Estate Planning: The Do’s and Don’ts
Individuals consider estate planning for a variety of reasons. It may be to reduce the size of their estates for inheritance tax purposes or simply as a gift for their children or loved ones.
For some, in order to reduce their death estate, this may mean gifting property to children, grandchildren or relatives. This article focuses on the ‘do’s and don’ts’ of estate planning and provides a brief overview on some of the key factors to be aware of prior to making any gifts of property.
Potentially Exempt Transfers
People often make gifts of property to relatives during their lifetime.
It should be noted that when lifetime gifts are made, a ‘seven-year clock’ begins to run on the specific gift. Consequently, if an individual were to pass away within seven-years of making the gift, then the gift is categorised as a ‘potentially exempt transfer’ (‘PETs’) which could be subject to inheritance tax.
Whilst there are potential bases for the gift to not attract or to only attract a small amount of inheritance tax (for example, it is worth exploring whether there is tapering relief available or a full nil rate band available), it is important to consider the timing of gifts and for people to obtain legal advice as to any inheritance tax implications.
It should be noted that whilst this article focusses on gifts of property, other gifts such as cash gifts can also trigger the seven-year clock and potentially be categorised as a PET.
Gift with Reservation of Benefit
A further inheritance tax implication relating to property arises in circumstances where property is gifted, but the donor (i.e., the person gifting the property) continues to live in the property and thereby retains the benefit. This is what is known as a “gift with reservation of benefit” (“GROB”) – a rule introduced by the Finance Act in 1986.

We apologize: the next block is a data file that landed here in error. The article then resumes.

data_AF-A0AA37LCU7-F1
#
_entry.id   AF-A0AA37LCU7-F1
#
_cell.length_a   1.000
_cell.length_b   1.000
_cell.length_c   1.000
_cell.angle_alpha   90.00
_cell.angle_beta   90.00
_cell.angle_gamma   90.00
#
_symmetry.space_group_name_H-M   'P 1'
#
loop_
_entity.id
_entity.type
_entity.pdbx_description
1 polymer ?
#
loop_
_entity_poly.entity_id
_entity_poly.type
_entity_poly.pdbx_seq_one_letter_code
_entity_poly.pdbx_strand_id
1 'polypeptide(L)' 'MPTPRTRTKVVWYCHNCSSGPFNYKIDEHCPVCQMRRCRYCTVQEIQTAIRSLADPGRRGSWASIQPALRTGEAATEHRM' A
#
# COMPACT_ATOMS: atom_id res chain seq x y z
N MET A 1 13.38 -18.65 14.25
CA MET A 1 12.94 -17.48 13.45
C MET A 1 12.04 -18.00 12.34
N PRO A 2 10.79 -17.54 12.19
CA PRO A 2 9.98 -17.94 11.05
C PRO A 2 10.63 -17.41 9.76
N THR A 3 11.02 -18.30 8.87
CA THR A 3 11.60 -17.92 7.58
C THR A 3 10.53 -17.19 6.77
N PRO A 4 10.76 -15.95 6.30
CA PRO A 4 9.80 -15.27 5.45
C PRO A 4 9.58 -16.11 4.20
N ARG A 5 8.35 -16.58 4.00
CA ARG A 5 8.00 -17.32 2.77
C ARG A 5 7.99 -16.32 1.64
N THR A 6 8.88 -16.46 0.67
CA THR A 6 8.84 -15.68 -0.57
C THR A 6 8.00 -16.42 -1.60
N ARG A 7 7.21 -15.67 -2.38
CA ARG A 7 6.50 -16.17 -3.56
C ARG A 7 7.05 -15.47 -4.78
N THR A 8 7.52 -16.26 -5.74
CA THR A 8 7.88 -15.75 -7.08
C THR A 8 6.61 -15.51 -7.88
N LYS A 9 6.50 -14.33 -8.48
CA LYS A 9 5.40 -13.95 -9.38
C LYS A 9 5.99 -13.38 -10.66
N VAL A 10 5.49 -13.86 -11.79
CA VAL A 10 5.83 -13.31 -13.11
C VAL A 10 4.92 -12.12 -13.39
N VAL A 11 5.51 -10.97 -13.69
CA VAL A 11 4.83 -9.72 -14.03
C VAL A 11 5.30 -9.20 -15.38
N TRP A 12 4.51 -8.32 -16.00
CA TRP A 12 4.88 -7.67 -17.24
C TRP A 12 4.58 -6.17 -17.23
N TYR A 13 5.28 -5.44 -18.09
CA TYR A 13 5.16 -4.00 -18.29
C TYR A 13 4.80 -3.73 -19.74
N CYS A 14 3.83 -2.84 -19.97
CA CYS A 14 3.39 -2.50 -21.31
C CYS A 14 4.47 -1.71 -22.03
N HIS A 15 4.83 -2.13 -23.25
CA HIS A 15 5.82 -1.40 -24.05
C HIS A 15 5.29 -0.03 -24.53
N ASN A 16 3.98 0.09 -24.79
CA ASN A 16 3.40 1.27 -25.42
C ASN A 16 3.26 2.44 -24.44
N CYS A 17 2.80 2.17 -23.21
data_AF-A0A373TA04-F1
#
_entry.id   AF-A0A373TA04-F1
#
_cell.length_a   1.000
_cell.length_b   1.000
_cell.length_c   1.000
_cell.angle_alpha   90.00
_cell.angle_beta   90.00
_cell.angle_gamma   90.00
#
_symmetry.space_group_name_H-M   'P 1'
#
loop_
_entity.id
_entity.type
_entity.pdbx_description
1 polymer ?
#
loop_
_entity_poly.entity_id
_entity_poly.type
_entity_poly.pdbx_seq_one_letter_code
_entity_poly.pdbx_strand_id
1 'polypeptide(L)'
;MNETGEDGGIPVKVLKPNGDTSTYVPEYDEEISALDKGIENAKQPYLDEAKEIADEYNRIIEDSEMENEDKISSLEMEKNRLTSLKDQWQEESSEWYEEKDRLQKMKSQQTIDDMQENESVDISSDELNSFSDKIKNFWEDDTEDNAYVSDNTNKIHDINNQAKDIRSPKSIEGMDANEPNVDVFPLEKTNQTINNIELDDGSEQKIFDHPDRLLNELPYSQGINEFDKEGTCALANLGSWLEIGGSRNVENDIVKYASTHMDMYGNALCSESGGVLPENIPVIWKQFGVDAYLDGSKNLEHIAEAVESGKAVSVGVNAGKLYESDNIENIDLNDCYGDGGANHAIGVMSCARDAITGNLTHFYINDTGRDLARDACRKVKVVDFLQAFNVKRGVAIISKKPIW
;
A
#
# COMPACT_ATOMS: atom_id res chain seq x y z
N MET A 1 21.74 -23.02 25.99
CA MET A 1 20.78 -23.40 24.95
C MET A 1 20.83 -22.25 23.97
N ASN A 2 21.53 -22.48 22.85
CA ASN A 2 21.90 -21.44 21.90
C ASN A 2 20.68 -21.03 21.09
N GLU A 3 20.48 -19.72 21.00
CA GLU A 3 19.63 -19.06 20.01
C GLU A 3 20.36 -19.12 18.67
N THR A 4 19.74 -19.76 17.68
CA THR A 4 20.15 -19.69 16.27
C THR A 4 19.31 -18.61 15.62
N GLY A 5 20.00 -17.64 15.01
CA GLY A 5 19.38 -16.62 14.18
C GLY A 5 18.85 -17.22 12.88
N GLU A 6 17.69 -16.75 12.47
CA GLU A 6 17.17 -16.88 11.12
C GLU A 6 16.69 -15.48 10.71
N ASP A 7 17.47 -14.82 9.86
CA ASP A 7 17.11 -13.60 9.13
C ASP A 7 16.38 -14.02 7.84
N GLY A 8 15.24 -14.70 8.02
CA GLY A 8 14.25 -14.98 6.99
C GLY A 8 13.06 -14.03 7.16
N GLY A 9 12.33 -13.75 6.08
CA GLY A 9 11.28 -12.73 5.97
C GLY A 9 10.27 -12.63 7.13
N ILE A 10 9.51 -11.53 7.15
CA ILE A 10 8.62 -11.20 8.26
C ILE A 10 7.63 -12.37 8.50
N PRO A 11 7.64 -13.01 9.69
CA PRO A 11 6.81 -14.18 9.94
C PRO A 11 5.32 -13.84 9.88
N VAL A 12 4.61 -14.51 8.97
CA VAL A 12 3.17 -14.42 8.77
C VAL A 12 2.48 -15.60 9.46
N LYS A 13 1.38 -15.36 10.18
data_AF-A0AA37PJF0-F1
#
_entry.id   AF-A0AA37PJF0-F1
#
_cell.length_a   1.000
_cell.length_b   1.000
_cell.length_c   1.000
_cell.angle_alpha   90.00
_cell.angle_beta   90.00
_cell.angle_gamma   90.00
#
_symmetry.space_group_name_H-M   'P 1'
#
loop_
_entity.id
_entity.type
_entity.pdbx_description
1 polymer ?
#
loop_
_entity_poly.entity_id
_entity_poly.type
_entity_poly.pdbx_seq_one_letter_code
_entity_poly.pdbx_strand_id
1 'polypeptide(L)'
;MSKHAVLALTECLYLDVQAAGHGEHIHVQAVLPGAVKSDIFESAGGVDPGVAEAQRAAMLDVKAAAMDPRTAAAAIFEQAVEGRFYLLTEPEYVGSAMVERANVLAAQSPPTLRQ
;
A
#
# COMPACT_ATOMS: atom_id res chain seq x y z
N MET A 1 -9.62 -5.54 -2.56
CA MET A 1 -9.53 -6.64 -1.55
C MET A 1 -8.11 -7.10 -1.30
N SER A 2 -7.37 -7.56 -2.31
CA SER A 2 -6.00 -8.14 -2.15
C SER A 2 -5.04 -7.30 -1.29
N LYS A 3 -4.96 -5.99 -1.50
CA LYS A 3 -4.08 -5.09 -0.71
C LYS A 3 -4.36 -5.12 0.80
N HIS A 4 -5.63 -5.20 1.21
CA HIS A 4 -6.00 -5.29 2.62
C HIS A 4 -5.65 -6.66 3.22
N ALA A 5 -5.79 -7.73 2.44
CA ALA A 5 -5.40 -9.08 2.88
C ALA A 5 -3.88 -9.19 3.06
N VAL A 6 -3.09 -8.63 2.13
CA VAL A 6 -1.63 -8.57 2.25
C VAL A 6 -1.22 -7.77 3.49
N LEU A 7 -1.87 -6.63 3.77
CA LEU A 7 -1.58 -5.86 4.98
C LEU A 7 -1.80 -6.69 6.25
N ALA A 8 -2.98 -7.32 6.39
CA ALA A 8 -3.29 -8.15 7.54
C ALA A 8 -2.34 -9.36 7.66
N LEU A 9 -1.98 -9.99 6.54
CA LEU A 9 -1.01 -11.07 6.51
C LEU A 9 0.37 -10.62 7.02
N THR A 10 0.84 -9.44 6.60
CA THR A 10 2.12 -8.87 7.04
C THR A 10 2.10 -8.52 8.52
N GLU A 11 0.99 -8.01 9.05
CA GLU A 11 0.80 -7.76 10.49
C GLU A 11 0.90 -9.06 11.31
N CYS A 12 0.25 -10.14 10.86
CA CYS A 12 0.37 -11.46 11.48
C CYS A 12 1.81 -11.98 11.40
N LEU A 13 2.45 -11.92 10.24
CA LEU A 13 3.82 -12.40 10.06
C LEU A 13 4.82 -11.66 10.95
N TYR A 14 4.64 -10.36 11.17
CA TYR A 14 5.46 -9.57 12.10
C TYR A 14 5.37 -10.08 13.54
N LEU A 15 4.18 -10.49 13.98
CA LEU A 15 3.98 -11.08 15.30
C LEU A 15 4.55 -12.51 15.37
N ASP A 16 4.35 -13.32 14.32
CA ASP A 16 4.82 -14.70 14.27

The rule was introduced to prevent individuals gifting property in their lifetime with a view to reducing their estate, but still retaining the benefit of the asset.
Where a donor makes a GROB and still retains the benefit within seven years of their death, HMRC would in most cases consider the whole of the gifted property to remain part of the donor’s estate for inheritance tax purposes. The donor may have gifted the property with the intention of reducing their estate for inheritance tax purposes but the fact that the donor was continuing to benefit from the asset in their lifetime will negate that planning.
There are, however, exceptions to the GROB rule, for example, if the donor gives away a share in their property but pays a full open market rent to remain in it. The circumstances of each individual needs to be considered carefully and it is for this reason that we strongly recommend independent legal advice is obtained before any disposal of assets.
How can we help?
It is very important to obtain legal advice relating to gifting of property and general estate planning, as to ensure that you are doing it in the most effective, legal way possible.
Freeths LLP has an extensive team of lawyers who can assist with providing estate planning advice, Will drafting advice and more.
We can ensure that the inheritance tax, capital gains tax and income tax implications of making a gift are considered, and that you achieve a practical result that will benefit you.
The content of this page is a summary of the law in force at the present time and is not exhaustive, nor does it contain definitive advice. Specialist legal advice should be sought in relation to any queries that may arise.
The content of this page is a summary of the law in force at the date of publication and is not exhaustive, nor does it contain definitive advice. Specialist legal advice should be sought in relation to any queries that may arise.
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